Because the marketing department found out that you can get an amp to deliver a much higher number of watts, if even for an extremely brief, unusable period. Bigger number = better marketing.

I think the customers discovered it first by loading down 4 ohm amps to 2 ohms and discovering how smart they (thought they) were.

Also, the number of watts an amp can deliver will depend on the frequency that you're working with.

Generally solid state amps make the same max power at all frequencies, but there can be a subtle difference in clipping power during continuous sinewave testing, for sine waves that are lower frequency that the PS refresh rate (120Hz). When testing at significantly higher sine wave frequencies than the PS charging rate, the draw is roughly 50% from each rail, but at lower frequencies the draw can be effectively from only one rail at a time (for 2x the capacitor sag). Increasing the size of the reservoir cap, a cost in power amps can mitigate this rail sag.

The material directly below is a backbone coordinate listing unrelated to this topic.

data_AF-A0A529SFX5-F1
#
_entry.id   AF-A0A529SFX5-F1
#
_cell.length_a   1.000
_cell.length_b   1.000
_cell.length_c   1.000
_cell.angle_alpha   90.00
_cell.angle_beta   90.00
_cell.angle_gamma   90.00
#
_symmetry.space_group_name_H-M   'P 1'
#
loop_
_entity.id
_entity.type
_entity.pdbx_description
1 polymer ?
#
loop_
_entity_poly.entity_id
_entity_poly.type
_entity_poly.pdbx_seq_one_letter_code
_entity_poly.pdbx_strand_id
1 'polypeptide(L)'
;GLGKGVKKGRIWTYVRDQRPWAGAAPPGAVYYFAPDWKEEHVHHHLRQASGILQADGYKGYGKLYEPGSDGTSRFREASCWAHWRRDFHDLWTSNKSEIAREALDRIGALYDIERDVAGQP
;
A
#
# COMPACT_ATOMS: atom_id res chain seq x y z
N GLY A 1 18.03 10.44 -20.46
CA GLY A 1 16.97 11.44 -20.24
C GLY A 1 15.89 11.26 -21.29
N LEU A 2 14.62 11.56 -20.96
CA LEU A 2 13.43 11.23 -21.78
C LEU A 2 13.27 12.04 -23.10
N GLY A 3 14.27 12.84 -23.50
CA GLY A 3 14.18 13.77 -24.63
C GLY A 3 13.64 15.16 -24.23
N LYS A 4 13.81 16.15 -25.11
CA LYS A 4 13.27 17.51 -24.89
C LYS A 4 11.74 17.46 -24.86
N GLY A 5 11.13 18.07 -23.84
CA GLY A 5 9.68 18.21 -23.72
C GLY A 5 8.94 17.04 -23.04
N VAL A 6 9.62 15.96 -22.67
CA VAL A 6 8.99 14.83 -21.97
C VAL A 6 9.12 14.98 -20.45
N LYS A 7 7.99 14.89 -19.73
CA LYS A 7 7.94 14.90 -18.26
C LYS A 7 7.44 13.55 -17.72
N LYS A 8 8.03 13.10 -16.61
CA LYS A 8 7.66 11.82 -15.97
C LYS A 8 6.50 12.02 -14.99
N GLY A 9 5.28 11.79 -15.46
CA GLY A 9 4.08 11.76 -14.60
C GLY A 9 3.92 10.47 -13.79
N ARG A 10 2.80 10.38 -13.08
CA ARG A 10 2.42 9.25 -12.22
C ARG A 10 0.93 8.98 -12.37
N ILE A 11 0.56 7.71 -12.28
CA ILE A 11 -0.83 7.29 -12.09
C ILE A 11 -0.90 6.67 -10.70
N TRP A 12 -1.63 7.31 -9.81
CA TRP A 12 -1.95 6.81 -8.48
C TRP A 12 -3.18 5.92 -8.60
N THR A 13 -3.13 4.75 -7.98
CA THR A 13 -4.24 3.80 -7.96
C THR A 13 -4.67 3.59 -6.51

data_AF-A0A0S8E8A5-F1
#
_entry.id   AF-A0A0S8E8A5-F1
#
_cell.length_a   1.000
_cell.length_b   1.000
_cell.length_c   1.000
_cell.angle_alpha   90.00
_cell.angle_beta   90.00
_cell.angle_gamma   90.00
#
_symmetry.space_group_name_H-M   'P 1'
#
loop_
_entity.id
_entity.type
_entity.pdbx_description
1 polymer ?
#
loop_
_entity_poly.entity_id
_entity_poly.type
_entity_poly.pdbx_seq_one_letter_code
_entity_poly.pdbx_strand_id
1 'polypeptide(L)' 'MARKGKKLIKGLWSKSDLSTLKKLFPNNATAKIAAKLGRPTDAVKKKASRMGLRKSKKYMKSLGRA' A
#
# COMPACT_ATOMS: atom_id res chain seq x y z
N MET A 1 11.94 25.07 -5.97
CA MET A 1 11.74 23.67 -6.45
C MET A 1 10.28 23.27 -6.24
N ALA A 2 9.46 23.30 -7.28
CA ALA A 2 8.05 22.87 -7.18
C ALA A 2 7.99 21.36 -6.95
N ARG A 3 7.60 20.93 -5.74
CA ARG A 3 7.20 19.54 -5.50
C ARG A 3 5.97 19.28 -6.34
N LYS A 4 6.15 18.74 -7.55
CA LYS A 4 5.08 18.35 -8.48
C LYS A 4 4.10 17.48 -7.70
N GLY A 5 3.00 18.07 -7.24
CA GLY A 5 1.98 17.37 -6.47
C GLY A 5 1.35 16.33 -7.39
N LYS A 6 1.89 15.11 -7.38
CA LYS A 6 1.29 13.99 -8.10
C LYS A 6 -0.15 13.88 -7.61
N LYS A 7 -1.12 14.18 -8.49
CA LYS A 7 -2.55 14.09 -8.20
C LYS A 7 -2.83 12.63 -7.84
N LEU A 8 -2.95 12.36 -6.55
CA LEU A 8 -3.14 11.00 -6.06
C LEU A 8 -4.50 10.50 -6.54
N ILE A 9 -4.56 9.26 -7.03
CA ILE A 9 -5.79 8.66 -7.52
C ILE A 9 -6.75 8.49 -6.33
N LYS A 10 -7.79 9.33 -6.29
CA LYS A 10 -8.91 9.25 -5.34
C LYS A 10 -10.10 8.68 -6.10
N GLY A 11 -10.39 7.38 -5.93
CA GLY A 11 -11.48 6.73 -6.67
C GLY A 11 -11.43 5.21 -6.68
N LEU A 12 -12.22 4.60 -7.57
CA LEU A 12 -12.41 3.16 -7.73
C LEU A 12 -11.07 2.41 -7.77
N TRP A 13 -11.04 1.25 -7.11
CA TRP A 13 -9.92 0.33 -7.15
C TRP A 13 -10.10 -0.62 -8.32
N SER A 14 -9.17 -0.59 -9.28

Again, some companies will pick the frequency that gives the biggest number to make their amp look better, even if that frequency is not the way the amp would be used.

A tell for amps with marginal reservoir cap size is higher rated output power at 1kHz than 20-20kHz (for same distortion, but they rarely rate them apples to apples). Music is not generally continuous sine waves, so don't expect a huge real world difference from oversized PS caps.

So, unless there's an absolute standard that every manufacturer followed, just saying XX watts at X ohms with X% distortion will not give you an accurate picture to compare amps.

In life we don't always get neat answers... I used to be product manager for power amps, so my day job was writing such specs.. I believe most companies try to be honest, but customers do reward specmanship (unfortunately).

JR